It’s happened to all of us. You get into the office, fire up the computer, and everything starts to go wrong. One client has filled your inbox with a million different issues. Another client has informed you that he will be cutting back your hours. And, to top things off, you realize that your website has gone down for some unexplained reason. How do you react? How will you handle the freelance stress?

In this article, I’d like to take a closer look at freelance stress and how it impacts the decisions we make.

Why Stress?

If I’m being honest, there are few days that go by when I don’t feel stressed.Virtual Worker Stress You might think working from a home office would be a walk in the park. In my experience, it’s just like working a “normal” job when it comes to stressors. In fact, there might be more stressors. Home-based workers have all the responsibilities of a normal job (deadlines, proposals, technological issues, personality conflicts, etc.) plus other potential distractors (TV, neighbors, that leaky faucet, babies crying, etc.). Most of my stress is caused by traditional stressors that any business professional experiences. However, I can understand how some virtual workers are lured by the distractors of working from home.

The Relativity of Stress:  My Stress vs. Your Stress

I find the relativity of stress especially fascinating. What’s stressful to me may not be stressful to you (and vice versa). In fact, the The American Institute of Stress points out, “If you were to ask a dozen people to define stress, or explain what causes stress for them, or how stress affects them, you would likely get 12 different answers to each of these requests. The reason for this is that there is no definition of stress that everyone agrees on, what is stressful for one person may be pleasurable or have little effect on others.”

Let’s pause to consider the previous quote. How can it be that some people find certain activities stressful, while others do not?  I’ve actually experienced this same phenomenon throughout my life. For example, I had the privilege of playing baseball at the collegiate level for the University of Southern Indiana. Nothing stressed me out more than an upcoming double header. Even though I knew I would probably play pretty well, I still got nervous. What’s interesting about this story is that I never really got nervous about any tests or schoolwork. It was as if all my nervous energy was focused on baseball, which allowed me to stay somewhat relaxed with regard to my educational pursuits. (Actually, seeing my fellow classmates feverishly cramming for a test stressed me out more than anything else in the classroom!)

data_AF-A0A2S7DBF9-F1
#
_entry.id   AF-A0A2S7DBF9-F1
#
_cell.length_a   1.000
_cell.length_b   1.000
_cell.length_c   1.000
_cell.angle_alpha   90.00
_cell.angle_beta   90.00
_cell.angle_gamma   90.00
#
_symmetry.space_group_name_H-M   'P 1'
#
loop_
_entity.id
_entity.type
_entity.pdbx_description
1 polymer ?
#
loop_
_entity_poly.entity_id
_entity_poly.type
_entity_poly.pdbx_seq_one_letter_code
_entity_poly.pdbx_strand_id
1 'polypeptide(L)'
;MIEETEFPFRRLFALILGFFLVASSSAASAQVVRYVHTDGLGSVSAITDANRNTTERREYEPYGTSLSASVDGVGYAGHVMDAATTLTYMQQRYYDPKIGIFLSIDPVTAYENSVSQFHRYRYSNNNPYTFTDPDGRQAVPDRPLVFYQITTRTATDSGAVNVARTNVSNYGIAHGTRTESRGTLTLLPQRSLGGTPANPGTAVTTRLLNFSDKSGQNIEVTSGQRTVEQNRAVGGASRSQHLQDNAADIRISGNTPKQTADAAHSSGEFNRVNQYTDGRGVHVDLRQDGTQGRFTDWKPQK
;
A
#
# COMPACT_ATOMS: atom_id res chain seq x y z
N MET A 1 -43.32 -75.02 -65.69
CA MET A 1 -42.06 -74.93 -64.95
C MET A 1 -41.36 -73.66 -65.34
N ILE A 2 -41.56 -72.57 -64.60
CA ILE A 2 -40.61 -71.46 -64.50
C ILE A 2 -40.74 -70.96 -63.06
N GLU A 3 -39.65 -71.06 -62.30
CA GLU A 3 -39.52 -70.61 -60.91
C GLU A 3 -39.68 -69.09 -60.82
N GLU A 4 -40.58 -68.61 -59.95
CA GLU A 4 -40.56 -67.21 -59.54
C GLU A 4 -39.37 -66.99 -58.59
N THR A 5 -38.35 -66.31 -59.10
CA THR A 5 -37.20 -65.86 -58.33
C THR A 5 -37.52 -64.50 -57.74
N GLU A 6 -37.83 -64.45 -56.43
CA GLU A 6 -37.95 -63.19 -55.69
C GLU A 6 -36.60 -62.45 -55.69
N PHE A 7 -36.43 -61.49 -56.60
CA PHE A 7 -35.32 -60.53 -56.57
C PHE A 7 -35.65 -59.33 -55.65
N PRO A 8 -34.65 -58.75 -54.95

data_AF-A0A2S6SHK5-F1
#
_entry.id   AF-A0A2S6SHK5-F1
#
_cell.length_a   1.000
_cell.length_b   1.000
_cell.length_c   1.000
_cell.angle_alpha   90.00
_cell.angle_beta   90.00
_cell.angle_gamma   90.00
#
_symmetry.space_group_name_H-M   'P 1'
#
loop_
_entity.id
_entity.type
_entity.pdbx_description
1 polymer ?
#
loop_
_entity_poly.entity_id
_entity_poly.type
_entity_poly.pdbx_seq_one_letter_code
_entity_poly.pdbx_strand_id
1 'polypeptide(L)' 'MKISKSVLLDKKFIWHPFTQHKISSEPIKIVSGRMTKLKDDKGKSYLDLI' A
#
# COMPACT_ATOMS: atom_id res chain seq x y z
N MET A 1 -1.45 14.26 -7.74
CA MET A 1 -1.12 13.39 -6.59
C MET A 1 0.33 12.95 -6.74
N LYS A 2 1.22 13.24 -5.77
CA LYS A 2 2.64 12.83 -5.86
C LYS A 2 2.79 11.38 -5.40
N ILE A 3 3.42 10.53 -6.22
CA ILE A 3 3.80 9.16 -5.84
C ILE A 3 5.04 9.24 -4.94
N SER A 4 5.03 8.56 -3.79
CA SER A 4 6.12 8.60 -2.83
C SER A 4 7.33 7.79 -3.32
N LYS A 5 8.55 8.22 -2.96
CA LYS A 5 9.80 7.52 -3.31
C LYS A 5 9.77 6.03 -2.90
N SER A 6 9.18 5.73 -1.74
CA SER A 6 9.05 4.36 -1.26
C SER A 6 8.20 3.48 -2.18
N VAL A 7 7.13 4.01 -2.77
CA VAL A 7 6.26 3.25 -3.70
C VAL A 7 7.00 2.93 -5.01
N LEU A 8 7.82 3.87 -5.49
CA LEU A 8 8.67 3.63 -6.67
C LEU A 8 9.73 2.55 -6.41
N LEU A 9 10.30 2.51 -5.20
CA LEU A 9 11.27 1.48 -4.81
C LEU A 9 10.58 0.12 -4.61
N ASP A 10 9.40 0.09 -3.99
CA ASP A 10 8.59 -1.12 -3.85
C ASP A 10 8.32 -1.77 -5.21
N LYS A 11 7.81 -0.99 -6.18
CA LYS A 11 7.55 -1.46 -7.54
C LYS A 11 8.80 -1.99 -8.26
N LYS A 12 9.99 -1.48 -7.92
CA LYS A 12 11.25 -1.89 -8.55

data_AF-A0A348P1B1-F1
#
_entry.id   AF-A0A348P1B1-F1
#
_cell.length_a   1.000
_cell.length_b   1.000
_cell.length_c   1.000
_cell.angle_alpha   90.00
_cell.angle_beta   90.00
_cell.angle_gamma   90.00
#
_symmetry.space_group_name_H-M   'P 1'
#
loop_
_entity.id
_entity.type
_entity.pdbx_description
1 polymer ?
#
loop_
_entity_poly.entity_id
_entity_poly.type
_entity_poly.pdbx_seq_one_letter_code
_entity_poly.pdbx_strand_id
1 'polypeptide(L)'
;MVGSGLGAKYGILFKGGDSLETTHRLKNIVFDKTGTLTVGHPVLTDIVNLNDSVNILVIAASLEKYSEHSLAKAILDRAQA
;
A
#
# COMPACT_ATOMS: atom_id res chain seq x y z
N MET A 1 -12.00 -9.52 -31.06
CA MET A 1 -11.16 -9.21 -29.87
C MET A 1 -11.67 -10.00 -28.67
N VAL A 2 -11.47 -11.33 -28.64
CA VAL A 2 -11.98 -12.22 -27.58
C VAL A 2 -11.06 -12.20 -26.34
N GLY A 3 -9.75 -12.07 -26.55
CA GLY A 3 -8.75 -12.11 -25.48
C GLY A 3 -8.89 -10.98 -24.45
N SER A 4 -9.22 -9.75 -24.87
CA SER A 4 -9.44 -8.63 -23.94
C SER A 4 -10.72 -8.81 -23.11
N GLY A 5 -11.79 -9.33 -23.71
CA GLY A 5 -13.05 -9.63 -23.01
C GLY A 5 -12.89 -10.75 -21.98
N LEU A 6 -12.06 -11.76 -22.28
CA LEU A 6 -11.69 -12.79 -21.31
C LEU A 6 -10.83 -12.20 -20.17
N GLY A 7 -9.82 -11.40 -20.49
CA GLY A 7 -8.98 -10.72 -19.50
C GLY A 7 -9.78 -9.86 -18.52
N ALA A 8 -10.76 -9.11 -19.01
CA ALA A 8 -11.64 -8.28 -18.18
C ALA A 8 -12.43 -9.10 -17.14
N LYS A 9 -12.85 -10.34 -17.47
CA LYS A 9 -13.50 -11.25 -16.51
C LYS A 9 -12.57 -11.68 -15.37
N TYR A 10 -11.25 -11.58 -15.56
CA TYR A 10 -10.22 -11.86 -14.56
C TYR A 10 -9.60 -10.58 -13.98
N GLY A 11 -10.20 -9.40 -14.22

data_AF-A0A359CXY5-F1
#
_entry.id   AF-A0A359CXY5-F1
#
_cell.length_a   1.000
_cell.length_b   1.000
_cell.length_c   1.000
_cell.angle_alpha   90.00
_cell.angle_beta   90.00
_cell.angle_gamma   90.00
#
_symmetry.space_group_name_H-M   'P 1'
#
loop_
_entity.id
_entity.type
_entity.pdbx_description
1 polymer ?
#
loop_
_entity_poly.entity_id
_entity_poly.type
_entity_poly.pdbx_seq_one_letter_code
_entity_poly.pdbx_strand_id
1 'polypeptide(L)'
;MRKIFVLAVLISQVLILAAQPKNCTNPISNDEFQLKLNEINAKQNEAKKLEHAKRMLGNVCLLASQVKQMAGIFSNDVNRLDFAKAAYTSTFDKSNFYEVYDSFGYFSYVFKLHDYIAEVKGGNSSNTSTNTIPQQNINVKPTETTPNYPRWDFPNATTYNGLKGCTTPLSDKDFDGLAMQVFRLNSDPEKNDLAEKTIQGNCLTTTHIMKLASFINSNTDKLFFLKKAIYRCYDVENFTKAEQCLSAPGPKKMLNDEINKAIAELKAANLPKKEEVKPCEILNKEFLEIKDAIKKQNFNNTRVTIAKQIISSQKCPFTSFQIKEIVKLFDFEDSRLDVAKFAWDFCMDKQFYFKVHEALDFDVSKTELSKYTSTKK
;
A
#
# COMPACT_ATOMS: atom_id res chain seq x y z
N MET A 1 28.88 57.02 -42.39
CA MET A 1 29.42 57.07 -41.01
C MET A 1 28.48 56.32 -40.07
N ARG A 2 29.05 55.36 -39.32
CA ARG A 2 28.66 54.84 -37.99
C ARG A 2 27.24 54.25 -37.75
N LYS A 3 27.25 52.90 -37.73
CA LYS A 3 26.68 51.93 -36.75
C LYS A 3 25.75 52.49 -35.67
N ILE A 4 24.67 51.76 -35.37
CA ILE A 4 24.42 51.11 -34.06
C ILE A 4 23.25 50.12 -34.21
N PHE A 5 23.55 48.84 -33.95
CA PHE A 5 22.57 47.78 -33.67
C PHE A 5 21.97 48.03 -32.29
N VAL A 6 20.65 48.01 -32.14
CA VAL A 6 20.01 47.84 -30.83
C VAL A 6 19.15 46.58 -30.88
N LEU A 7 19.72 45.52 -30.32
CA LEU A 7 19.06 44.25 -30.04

My Two Cents

My theory is that most human beings have an intrinsic inclination to seek out stressful situations (however, some may not admit it). Although some jobs are more stressful than others, human beings tend to think that they are experiencing more stress than their peers.

I’m amazed by people who are able to gracefully deal with the impacts of stress. (Keeping with the baseball theme, I always thought that Jim Edmonds made stressful situations look easy, but that might just be the baseball fan in me.) Personally, I have a long way to go. It’s especially important that Executives in Sweatpants are cognizant of how stress impacts them. The days of “leaving work at the office” are certainly behind us.

How do you handle freelance stress? Comment below and share your tips!

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Written by Matt Keener

Matt Keener is the original "Executive in Sweatpants," having built a successful online consulting business (from home). His best-selling book offers tips for capitalizing on outsourcing and freelancing. Matt holds an MBA and has been featured by many recognizable brands, including Upwork (formerly oDesk), Elance, Insightly, the Dave Ramsey Show, and Entrepreneur.com.

This article has 2 comments

  1. steve Reply

    I continue to find your regular blog postings both fascinating and helpful, and I have one of those “regular” jobs!

  2. Brian Reply

    Great article. Your theory that we intrinsically seek out stressful situations is likely a biological trait from being hunter-gatherers way back when. Nowadays, we do all the hunting and gathering virtually via computers and desks with little exercise in the gathering part of it. Constant stress and elevated levels of cortisol and other biochemicals in the fight-or-flight system leads people to many health problems like heart disease and weight gain. Exercise and other relaxation techniques are vital to managing the modern lives we live and to keep us all healthier and less stressed out.

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